But Harden is correct on her overall (completely obvious) point: people can't be said to "deserve" their genetic inheritance. So? Harden sketches out what she calls her "anti-eugenic" prescriptions in a final chapter, making (I think) an implicit parallel with Ibram X. Kendi's "anti-racist" agenda. She contrasts her recommendations with "eugenic" policies (uniformly cartoonish) and "genome-blind" policies (derided, analogous to "color-blind" approaches to race). Basically, she advocates using genetic testing as a tool for Good, not Evil. (Gee, that was easy.) For example, identifying kids with low cognitive polygentic indices at an early age who might need extra help. Again, being a good Rawlsian demands this. Other than dragging genetic tools into the argument, there's not that much new here.

Harden ignores the multiple rebuttals to Rawlsian concept of "justice" that have cropped up over the past decades. Here's an obvious one: it's true enough that you don't "deserve" the benefits you derive from your "good" genes. Guess what? Nobody else does either.

Here's Richard Epstein making a similar point in a Cafe Hayek Quotation of the Day from a few weeks back:

Even though talent, circumstance, and luck play a role in human behavior, we all are spared an enormous administrative burden if we mutually renounce any claim to these assets of others. A rule of self-ownership, far better than any of its alternatives, allows us to move on with the business of life. A rule of self-ownership selects the single person to be the owner of each person’s natural talent, and picks that person who in the vast majority of cases tends to value those assets the most: each obtains control over his or her own body. At least for adults (and there are, of course, qualifications for children), the rule offers the shortest path from initial entitlement to productive human activity.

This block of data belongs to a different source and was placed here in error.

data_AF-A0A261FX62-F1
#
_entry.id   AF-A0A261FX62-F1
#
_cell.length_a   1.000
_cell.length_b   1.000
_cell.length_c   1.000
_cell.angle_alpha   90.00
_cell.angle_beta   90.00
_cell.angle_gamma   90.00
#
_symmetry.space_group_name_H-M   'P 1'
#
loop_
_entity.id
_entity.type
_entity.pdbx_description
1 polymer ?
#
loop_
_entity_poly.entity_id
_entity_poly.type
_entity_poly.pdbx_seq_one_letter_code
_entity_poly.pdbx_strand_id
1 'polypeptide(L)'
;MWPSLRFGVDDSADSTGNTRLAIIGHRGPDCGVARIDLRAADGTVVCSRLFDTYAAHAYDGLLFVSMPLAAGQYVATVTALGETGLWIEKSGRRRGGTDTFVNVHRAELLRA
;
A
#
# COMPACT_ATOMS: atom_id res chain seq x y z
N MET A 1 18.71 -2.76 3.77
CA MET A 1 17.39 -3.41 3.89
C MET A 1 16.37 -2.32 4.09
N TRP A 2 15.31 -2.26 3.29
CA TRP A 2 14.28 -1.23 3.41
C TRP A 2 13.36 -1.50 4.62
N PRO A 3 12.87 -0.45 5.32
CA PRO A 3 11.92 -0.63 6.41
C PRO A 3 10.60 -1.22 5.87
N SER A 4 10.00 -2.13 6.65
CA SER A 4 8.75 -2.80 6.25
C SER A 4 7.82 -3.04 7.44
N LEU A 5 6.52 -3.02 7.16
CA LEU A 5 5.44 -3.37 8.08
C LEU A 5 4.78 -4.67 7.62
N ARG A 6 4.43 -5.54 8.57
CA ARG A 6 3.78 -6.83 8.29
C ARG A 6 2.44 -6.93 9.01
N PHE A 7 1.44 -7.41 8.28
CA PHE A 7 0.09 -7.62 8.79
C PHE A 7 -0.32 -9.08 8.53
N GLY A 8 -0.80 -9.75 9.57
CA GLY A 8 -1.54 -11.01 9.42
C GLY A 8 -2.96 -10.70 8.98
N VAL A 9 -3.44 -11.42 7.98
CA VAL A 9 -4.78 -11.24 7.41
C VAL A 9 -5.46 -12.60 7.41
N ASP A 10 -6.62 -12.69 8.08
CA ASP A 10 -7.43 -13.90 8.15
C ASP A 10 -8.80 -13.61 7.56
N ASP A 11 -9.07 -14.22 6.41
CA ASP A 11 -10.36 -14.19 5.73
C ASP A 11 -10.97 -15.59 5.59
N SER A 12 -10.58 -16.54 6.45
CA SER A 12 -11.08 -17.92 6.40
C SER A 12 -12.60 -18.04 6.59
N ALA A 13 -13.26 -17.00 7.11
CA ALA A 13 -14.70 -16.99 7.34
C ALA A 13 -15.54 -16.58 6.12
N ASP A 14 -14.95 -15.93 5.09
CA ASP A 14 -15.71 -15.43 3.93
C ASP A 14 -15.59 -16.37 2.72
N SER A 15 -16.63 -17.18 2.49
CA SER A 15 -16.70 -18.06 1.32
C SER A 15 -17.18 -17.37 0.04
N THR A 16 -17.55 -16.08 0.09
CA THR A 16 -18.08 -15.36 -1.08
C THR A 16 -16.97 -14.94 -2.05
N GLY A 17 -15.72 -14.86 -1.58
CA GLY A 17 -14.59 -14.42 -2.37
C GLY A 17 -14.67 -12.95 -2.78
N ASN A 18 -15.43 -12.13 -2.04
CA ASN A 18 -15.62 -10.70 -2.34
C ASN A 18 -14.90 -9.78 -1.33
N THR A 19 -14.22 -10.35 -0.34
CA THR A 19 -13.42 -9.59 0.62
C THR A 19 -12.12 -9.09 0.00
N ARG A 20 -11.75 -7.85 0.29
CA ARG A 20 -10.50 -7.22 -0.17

Bottom line: I think Professor Harden should have stuck to the science.

Last Modified 2021-10-26 8:53 AM EDT

A Gentleman in Moscow

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Wow, what an impressive novel. Topnotch. I've occasionally read the odd Russian novel (Dostoevsky, Tolstoy, Solzhenitsyn, Bulgakov); they have a certain cadence in translation, and while reading this I was thinking: this guy must be Russian. Because he had that same style.

But no. The back jacket flap says Amor Towles was "born and raised in the Boston area." May have eaten a lot of borscht as a kid, perhaps.

It's the story of Count Alexander Rostov, Russian aristocrat, who has returned to Russia after a period of self-imposed exile during the Russian Revolution. The opening is a transcript of his 1922 trial before the "Emergency Committee of the People's Commissariat for Internal Affairs". AKA, the thugs in charge of shooting ex-aristocrats. But thanks to a pre-Revolution poem attributed to him, mercy is shown: he's simply sentenced to house arrest in the Metropol Hotel, an island of relative opulence in otherwise dreary Bolshevik Moscow.